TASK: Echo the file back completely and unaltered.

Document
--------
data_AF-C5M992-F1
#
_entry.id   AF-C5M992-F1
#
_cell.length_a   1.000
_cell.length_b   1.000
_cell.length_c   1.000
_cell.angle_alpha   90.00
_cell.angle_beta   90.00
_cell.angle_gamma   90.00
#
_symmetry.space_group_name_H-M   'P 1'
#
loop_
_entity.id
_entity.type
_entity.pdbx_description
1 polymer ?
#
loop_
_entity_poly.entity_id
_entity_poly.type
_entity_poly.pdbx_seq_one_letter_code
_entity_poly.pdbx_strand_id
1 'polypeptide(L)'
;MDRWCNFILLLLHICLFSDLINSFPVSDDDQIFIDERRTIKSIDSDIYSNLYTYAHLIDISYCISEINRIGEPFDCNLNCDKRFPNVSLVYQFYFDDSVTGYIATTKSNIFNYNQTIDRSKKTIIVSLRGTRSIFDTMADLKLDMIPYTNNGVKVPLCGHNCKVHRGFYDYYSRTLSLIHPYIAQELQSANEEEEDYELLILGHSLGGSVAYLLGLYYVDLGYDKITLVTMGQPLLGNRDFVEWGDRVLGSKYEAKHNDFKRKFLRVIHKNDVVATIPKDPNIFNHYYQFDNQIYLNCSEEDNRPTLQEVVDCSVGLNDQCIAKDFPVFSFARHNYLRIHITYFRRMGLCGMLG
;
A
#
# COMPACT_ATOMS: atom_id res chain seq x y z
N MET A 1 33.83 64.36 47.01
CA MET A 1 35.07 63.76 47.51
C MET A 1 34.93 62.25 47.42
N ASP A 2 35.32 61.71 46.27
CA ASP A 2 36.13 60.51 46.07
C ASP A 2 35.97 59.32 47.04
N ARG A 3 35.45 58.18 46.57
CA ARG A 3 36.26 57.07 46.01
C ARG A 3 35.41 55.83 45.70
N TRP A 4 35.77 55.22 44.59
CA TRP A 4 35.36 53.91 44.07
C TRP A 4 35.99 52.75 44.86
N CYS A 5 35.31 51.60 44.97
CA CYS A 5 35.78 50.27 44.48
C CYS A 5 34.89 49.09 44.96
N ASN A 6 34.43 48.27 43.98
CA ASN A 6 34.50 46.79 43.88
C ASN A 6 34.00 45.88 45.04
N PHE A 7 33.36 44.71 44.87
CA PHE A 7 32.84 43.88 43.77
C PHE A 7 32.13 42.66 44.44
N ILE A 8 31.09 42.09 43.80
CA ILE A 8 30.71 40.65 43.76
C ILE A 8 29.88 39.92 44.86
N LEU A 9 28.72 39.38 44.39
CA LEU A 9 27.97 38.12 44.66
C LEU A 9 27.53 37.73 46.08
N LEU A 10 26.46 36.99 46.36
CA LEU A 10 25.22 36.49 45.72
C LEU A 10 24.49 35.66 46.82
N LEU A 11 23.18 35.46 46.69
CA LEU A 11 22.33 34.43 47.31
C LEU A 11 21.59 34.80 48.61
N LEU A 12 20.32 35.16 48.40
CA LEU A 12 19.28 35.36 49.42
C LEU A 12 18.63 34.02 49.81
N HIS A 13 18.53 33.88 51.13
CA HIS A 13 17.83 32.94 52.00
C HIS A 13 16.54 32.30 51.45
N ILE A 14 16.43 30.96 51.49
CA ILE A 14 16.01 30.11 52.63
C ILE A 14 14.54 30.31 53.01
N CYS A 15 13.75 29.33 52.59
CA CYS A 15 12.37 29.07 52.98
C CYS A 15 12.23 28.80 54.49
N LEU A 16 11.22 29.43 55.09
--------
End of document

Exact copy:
data_AF-C5M992-F1
#
_entry.id   AF-C5M992-F1
#
_cell.length_a   1.000
_cell.length_b   1.000
_cell.length_c   1.000
_cell.angle_alpha   90.00
_cell.angle_beta   90.00
_cell.angle_gamma   90.00
#
_symmetry.space_group_name_H-M   'P 1'
#
loop_
_entity.id
_entity.type
_entity.pdbx_description
1 polymer ?
#
loop_
_entity_poly.entity_id
_entity_poly.type
_entity_poly.pdbx_seq_one_letter_code
_entity_poly.pdbx_strand_id
1 'polypeptide(L)'
;MDRWCNFILLLLHICLFSDLINSFPVSDDDQIFIDERRTIKSIDSDIYSNLYTYAHLIDISYCISEINRIGEPFDCNLNCDKRFPNVSLVYQFYFDDSVTGYIATTKSNIFNYNQTIDRSKKTIIVSLRGTRSIFDTMADLKLDMIPYTNNGVKVPLCGHNCKVHRGFYDYYSRTLSLIHPYIAQELQSANEEEEDYELLILGHSLGGSVAYLLGLYYVDLGYDKITLVTMGQPLLGNRDFVEWGDRVLGSKYEAKHNDFKRKFLRVIHKNDVVATIPKDPNIFNHYYQFDNQIYLNCSEEDNRPTLQEVVDCSVGLNDQCIAKDFPVFSFARHNYLRIHITYFRRMGLCGMLG
;
A
#
# COMPACT_ATOMS: atom_id res chain seq x y z
N MET A 1 33.83 64.36 47.01
CA MET A 1 35.07 63.76 47.51
C MET A 1 34.93 62.25 47.42
N ASP A 2 35.32 61.71 46.27
CA ASP A 2 36.13 60.51 46.07
C ASP A 2 35.97 59.32 47.04
N ARG A 3 35.45 58.18 46.57
CA ARG A 3 36.26 57.07 46.01
C ARG A 3 35.41 55.83 45.70
N TRP A 4 35.77 55.22 44.59
CA TRP A 4 35.36 53.91 44.07
C TRP A 4 35.99 52.75 44.86
N CYS A 5 35.31 51.60 44.97
CA CYS A 5 35.78 50.27 44.48
C CYS A 5 34.89 49.09 44.96
N ASN A 6 34.43 48.27 43.98
CA ASN A 6 34.50 46.79 43.88
C ASN A 6 34.00 45.88 45.04
N PHE A 7 33.36 44.71 44.87
CA PHE A 7 32.84 43.88 43.77
C PHE A 7 32.13 42.66 44.44
N ILE A 8 31.09 42.09 43.80
CA ILE A 8 30.71 40.65 43.76
C ILE A 8 29.88 39.92 44.86
N LEU A 9 28.72 39.38 44.39
CA LEU A 9 27.97 38.12 44.66
C LEU A 9 27.53 37.73 46.08
N LEU A 10 26.46 36.99 46.36
CA LEU A 10 25.22 36.49 45.72
C LEU A 10 24.49 35.66 46.82
N LEU A 11 23.18 35.46 46.69
CA LEU A 11 22.33 34.43 47.31
C LEU A 11 21.59 34.80 48.61
N LEU A 12 20.32 35.16 48.40
CA LEU A 12 19.28 35.36 49.42
C LEU A 12 18.63 34.02 49.81
N HIS A 13 18.53 33.88 51.13
CA HIS A 13 17.83 32.94 52.00
C HIS A 13 16.54 32.30 51.45
N ILE A 14 16.43 30.96 51.49
CA ILE A 14 16.01 30.11 52.63
C ILE A 14 14.54 30.31 53.01
N CYS A 15 13.75 29.33 52.59
CA CYS A 15 12.37 29.07 52.98
C CYS A 15 12.23 28.80 54.49
N LEU A 16 11.22 29.43 55.09